“Political spending by tax-exempt groups … skyrocketed to more than $300 million in 2012 from less than $5.2 million in 2006, according to the Center for Responsive Politics.”

Although the proposed rules would not prohibit non-profits’ political activity, it would, as a Treasury spokesman explained, be a “first critical step toward creating clear-cut definitions of political activity by tax-exempt social welfare organizations.”

Some Obamcare Bright Spots

All is not lost for Obamacare, according to David Nather.  Nather contends that “the Obamacare roll-out that we’ve all seen is not the story of a fatally flawed law. It’s a story of incompetence.”

“There are states that are running their own websites and enrolling a lot of people … Medicaid enrollment, another part of the law, is going significantly better than the signups for private insurance — nearly 400,000 people were determined to be eligible in October.”

“And nationally, 1.5 million people applied for health coverage in October — suggesting that there’s a lot more potential interest than the 106,000 who got all the way through the federal and state Obamacare websites to select a private health plan.”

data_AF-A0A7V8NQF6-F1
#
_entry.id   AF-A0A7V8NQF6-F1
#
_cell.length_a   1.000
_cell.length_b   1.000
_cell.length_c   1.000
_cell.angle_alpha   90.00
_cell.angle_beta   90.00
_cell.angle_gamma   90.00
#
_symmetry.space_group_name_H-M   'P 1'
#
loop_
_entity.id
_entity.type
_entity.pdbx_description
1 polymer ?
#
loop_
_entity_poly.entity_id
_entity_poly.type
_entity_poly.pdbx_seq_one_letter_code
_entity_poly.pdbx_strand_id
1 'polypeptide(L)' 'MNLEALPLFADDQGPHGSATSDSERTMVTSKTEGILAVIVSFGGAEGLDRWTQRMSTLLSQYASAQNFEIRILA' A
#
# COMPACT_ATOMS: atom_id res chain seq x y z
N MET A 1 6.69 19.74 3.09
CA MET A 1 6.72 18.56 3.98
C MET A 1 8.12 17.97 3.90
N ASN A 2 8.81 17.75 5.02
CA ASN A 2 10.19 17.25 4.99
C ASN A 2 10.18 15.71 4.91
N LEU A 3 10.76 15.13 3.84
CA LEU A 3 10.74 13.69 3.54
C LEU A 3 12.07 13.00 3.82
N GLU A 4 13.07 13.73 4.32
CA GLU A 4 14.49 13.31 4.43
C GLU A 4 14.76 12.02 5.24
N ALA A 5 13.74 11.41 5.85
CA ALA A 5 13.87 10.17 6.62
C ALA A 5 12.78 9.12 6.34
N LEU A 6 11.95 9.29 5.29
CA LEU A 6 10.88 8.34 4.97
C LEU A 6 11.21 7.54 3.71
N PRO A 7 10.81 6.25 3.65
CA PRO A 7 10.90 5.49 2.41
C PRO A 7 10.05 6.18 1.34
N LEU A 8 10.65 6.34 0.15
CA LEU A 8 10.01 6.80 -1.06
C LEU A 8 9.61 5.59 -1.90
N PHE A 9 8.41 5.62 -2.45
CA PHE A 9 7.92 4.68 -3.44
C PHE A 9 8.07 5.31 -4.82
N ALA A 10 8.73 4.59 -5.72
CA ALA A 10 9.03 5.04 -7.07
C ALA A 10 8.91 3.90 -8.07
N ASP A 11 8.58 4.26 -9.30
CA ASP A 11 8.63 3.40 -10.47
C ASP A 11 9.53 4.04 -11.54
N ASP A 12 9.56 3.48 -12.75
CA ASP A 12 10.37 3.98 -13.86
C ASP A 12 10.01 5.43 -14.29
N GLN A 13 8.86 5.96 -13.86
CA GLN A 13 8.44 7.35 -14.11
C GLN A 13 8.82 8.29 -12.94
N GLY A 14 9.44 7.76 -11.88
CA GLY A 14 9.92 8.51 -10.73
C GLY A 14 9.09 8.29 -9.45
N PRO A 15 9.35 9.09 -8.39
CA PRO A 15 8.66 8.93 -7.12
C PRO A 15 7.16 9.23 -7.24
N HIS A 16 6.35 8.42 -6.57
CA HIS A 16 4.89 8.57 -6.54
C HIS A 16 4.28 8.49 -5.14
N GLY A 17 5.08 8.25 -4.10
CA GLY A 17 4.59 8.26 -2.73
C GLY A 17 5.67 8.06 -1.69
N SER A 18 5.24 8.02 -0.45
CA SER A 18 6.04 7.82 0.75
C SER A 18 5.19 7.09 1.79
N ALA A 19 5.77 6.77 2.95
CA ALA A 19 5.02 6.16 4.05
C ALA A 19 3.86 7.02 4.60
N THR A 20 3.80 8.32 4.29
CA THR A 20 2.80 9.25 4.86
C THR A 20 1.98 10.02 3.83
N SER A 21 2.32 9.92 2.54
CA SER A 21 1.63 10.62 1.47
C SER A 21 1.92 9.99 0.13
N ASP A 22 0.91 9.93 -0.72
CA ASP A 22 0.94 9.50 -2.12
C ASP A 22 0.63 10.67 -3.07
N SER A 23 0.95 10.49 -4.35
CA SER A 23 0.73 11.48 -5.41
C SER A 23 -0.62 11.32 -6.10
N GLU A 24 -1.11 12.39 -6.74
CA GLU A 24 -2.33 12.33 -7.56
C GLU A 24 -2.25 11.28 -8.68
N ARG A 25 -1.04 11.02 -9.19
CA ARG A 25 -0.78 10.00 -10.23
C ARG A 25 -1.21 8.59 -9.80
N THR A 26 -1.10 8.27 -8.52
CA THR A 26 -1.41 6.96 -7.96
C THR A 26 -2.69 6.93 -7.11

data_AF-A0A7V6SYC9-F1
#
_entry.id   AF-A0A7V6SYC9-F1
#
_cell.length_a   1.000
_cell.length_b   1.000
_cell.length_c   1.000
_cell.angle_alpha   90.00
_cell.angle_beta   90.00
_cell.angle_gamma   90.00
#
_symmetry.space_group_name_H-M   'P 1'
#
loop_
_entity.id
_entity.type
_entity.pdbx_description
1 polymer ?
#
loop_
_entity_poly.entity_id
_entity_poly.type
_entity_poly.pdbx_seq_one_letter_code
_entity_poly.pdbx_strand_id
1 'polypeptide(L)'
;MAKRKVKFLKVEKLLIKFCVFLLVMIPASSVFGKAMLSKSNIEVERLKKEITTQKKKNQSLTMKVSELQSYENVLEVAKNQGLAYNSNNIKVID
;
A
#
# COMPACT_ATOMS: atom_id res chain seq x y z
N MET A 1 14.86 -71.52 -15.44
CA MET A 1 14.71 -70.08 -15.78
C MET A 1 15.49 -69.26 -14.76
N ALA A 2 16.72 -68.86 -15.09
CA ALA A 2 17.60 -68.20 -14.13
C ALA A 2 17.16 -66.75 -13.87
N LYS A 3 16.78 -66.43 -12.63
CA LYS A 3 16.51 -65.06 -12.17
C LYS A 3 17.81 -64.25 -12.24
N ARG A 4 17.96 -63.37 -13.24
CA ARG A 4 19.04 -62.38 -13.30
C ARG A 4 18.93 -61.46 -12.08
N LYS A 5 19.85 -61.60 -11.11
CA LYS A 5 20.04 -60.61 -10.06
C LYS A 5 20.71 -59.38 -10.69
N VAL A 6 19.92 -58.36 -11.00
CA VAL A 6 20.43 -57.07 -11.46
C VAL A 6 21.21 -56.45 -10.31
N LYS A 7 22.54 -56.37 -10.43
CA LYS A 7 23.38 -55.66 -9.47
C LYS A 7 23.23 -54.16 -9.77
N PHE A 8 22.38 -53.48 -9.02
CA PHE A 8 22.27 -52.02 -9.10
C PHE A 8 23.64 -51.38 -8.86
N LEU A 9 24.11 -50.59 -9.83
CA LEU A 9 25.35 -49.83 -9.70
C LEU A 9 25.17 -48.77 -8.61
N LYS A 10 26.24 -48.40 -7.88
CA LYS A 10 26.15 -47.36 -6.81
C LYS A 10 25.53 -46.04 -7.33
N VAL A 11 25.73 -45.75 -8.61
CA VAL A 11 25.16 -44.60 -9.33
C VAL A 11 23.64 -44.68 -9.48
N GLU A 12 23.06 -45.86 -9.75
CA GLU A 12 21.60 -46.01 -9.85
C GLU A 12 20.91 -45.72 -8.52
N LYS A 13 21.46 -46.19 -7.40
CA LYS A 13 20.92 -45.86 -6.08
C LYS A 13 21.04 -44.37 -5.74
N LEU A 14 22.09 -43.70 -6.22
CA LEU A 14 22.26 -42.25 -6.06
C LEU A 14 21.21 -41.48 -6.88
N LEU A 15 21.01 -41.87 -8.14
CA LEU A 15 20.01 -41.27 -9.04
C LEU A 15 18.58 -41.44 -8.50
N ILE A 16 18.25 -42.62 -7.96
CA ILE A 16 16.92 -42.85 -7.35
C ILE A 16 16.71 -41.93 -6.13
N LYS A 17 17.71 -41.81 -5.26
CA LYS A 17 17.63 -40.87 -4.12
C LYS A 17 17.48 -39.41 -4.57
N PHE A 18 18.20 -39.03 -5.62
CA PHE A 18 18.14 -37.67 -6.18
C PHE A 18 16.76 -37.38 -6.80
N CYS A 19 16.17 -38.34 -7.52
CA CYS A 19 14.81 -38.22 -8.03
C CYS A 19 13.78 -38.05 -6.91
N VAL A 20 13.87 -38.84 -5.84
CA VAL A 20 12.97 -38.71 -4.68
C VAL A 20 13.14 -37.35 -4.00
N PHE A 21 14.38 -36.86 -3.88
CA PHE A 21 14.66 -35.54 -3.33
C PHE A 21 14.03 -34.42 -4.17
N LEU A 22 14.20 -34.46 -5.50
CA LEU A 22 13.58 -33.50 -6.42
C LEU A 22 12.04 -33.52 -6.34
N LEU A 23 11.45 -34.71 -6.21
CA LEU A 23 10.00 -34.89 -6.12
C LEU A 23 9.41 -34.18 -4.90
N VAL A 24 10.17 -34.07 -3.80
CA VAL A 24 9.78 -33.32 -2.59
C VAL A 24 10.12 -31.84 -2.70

Nather acknowledges there are major obstacles to success, including poor mismanagement,  “unpopular tradeoffs”, and certain aspects of the law that are “fatally flawed”. But he also highlights what has worked in states that have had higher enrollment:

  • Less bells and whistles
  • Using existing technologies
  • Using outside contractors
  • A supportive political environment
  • Picking the right vendors
  • Aggressive outreach

The bottom line: “It’s not impossible for the law to work … because if it really were impossible, it wouldn’t be working anywhere.”

White House Cautious as Healthcare.gov Relaunches

According to The New York Times , “White House officials, fearful that the federal health care website may again be overwhelmed this weekend, have urged their allies to hold back enrollment efforts so the insurance marketplace does not collapse under a crush of new users.”

“At the same time, administration officials said Tuesday that they had decided not to inaugurate a big health care marketing campaign planned for December out of concern that it might drive too many people to the still-fragile HealthCare.gov.”

“With a self-imposed deadline for repairs to the website approaching on Saturday, the administration is trying to strike a delicate balance. It is encouraging people to go or return to the website but does not want to create too much demand. It boasts that the website is vastly improved, but does not want to raise expectations that it will work for everyone.”

“Officials said the website was now able to handle 50,000 users at a time, providing enough capacity on a daily basis to enroll millions of people in the next four months.”

“But those charged with fixing the site worry that 250,000 people might try to use the site simultaneously at times on Saturday and in the days ahead.”